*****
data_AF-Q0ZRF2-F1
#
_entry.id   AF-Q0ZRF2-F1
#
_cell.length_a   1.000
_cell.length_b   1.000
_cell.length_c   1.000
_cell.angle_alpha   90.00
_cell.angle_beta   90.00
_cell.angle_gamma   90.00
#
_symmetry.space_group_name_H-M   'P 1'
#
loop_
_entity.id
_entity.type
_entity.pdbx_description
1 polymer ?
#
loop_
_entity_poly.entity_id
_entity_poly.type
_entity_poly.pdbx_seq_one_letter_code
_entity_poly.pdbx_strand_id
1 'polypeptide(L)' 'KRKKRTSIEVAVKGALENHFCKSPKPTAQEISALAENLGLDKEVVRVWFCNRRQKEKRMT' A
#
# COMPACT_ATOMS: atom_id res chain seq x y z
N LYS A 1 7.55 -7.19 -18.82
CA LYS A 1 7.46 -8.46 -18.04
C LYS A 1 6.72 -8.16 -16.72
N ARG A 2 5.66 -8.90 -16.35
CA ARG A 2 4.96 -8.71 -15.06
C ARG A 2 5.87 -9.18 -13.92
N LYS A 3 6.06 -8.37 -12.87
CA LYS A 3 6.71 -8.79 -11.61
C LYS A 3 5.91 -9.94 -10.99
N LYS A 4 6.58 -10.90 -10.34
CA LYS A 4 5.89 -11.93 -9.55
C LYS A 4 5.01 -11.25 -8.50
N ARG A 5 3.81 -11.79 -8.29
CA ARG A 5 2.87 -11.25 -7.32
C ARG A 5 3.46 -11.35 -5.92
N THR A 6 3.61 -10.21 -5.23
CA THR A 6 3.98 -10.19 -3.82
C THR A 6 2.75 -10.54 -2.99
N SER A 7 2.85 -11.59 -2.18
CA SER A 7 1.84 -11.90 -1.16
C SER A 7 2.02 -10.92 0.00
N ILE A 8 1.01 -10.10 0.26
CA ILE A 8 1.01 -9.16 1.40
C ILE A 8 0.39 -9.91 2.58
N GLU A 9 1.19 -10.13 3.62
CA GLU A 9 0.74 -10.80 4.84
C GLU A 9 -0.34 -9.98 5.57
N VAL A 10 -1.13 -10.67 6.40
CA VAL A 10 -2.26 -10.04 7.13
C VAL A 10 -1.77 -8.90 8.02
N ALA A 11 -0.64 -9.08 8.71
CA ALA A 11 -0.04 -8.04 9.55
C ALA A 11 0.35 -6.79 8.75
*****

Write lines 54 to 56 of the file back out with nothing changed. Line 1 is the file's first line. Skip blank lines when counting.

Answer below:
C GLU A 9 -0.34 -9.98 5.57
N VAL A 10 -1.13 -10.67 6.40
CA VAL A 10 -2.26 -10.04 7.13